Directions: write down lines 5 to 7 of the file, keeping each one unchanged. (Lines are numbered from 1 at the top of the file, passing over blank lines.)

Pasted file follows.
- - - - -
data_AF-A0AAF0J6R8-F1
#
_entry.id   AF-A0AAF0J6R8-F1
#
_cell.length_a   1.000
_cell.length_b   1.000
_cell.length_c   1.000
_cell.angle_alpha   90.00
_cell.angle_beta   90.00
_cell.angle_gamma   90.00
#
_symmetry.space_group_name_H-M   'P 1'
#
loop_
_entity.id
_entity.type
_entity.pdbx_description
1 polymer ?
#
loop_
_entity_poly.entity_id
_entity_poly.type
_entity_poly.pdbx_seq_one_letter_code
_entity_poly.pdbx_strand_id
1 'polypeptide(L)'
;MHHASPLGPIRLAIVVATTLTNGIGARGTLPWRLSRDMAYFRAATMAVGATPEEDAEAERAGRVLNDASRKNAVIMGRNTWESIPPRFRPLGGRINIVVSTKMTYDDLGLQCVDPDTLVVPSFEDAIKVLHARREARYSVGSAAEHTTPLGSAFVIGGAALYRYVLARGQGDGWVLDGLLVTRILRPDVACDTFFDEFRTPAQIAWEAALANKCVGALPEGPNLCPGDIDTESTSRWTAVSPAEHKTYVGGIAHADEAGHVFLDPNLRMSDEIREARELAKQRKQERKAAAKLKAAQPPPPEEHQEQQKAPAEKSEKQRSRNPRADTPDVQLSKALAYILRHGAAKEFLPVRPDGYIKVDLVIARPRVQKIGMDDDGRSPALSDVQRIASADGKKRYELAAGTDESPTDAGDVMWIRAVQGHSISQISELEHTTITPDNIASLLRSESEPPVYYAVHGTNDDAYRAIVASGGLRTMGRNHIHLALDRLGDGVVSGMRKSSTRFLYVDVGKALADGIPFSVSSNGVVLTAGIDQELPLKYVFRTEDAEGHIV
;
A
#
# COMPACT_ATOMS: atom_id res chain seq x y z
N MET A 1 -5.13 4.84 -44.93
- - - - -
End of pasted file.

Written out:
_cell.length_a   1.000
_cell.length_b   1.000
_cell.length_c   1.000